Set the attribute of an existing alarm definition.

definition unset type name

Unset (remove) the attribute of an existing alarm definition.

predefined ls

Print a list of all internally defined alarms.

priority get default

Get the current default alarm priority value.

priority ls [type]

Print a single priority level or sorted list of priority levels for all known alarms.

priority reload [path]

Reinitialize priority mappings from saved changes.

priority restore all

Set all defined alarms to the current default priority value.

priority save [path]

Save the current priority mappings to persistent back-up.

priority set type low|moderate|high|critical

Set the priority of the alarm type.

priority set default low|moderate|high|critical

Set the default alarm priority value.

send [OPTIONS] message

Send an alarm to the alarm service.

Note

Custom definitions and priority mappings are backed by files corresponding to the properties <variable>alarms.custom-definitions.path</variable> and <variable>alarms.priority-mapping.path</variable>, respectively. It is always possible to modify these files directly by hand. These by default are mapped to /var/lib/dcache/alarms.custom-definitions.xml and /var/lib/dcache/alarms-priority.properties. In order for the changes to take effect, either restart the alarms domain, or use the respective reload admin command. It should be understood that when using the admin commands, any modifications are done in memory only and are not flushed automatically to the underlying file, so any permanent changes need to be made via the save command.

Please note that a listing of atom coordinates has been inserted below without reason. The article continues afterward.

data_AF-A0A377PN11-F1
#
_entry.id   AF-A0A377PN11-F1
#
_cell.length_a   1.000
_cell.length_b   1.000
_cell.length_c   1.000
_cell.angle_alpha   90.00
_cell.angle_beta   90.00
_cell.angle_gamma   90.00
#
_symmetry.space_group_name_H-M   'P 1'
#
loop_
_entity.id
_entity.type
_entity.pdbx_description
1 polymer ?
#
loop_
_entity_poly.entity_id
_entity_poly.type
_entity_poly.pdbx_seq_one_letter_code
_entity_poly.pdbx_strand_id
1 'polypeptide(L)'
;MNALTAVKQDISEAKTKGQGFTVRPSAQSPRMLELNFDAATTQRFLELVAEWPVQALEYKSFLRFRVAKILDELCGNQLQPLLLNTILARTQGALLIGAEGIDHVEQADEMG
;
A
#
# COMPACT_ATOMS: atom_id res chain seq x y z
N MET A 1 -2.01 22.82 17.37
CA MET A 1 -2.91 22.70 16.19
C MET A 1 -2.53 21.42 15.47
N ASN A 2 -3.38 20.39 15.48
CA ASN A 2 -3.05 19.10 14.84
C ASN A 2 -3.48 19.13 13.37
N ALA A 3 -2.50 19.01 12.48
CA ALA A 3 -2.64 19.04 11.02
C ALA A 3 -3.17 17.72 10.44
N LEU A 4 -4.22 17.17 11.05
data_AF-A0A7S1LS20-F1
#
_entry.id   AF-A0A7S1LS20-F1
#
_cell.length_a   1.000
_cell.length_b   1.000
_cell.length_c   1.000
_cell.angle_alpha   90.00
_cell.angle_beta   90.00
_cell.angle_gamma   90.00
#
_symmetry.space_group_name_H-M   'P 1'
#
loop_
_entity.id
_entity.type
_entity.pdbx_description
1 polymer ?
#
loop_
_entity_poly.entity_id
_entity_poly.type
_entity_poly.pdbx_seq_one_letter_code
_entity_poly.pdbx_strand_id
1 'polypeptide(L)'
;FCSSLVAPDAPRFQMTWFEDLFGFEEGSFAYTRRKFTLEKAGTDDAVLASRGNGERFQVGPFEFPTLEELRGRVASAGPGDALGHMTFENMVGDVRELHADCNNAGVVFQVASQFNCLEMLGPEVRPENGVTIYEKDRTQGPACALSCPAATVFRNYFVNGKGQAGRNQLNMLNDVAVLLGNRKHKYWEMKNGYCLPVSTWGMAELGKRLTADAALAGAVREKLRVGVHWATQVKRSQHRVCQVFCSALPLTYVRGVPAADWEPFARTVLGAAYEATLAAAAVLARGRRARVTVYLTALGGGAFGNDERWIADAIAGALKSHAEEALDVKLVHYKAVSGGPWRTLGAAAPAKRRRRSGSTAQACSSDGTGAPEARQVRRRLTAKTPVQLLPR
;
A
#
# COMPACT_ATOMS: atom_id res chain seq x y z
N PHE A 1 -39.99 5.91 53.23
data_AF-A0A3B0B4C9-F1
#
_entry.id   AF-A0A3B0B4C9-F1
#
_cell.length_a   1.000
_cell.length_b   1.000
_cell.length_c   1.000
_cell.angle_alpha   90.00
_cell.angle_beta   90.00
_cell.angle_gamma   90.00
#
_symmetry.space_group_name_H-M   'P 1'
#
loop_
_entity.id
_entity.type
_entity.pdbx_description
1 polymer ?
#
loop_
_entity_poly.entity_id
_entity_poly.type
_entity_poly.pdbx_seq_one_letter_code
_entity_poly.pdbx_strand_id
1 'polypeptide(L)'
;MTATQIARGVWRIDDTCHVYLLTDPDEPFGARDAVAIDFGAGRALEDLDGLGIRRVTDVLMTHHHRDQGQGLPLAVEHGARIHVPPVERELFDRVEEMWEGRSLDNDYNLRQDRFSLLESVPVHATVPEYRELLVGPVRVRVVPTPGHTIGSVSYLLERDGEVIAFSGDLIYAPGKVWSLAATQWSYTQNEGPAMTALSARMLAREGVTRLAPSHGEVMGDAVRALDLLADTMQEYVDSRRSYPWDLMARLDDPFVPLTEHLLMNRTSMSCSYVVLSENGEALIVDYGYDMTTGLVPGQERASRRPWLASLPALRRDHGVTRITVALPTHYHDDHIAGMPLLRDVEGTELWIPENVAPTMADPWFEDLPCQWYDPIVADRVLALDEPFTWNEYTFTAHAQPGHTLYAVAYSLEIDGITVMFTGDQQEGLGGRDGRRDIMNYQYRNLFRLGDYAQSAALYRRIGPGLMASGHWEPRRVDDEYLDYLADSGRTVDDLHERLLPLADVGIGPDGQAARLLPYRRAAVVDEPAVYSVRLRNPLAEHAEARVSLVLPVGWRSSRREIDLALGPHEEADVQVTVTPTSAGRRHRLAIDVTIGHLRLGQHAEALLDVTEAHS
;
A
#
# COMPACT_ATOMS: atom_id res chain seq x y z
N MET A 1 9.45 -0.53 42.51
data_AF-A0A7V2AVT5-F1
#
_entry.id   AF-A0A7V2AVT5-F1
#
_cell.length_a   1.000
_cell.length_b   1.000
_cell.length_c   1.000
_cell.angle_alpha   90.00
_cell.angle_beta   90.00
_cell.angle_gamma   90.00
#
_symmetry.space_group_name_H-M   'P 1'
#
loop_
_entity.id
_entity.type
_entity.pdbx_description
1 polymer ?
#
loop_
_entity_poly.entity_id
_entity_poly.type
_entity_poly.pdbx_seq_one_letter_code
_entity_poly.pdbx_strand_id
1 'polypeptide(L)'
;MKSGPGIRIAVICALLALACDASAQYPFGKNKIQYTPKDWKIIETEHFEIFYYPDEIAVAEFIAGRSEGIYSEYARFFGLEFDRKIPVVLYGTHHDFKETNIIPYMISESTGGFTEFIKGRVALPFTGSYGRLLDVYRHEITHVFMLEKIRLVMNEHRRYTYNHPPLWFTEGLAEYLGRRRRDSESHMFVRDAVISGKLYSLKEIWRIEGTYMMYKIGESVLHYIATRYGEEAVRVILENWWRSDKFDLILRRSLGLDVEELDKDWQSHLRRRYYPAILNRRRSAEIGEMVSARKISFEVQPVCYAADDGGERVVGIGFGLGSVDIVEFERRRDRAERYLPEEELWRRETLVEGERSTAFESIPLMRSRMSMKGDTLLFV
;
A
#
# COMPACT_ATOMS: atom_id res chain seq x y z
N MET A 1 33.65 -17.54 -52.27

Note

It is possible to change the file locations by setting the above-mentioned properties in the layout or /etc/dcache/dcache.conf. As can be seen from the admin commands, it is also possible to specify the path as an option on the respective save and reload commands. Note, however, that this is meant mainly for temporary or back-up purposes, as the path defined in the local dcache configuration will remain unaltered after that command completes and the priority map or definitions will be reloaded from there once again whenever the domain is restarted.

Note

Any changes made via the priority set default command are in-memory only. To change this default permanently, set the <variable>alarms.priority-mapping.default</variable> property in the layout or /etc/dcache/dcache.conf.

[return to top]

Working with Alarms: The Webadmin Alarms Page

The Alarms Web Page is an admin page and thus requires authentication. You must enable HTTPS and set an admin gid (0 by default):

Note

For the authenticated mode you need to generate a pk12 hostcert for SSL. This can be done by running the dcache command: import hostcert [--hostcert=FILE] [--hostkey=FILE] [--out=FILE] [--password=PASSWORD] after obtaining a hostcert and hostkey, which are by default placed in /etc/grid-security.

    [httpdDomain]
        httpd.enable.authn=true
        httpd.authz.admin-gid=<1234>
    [httpdDomain/httpd]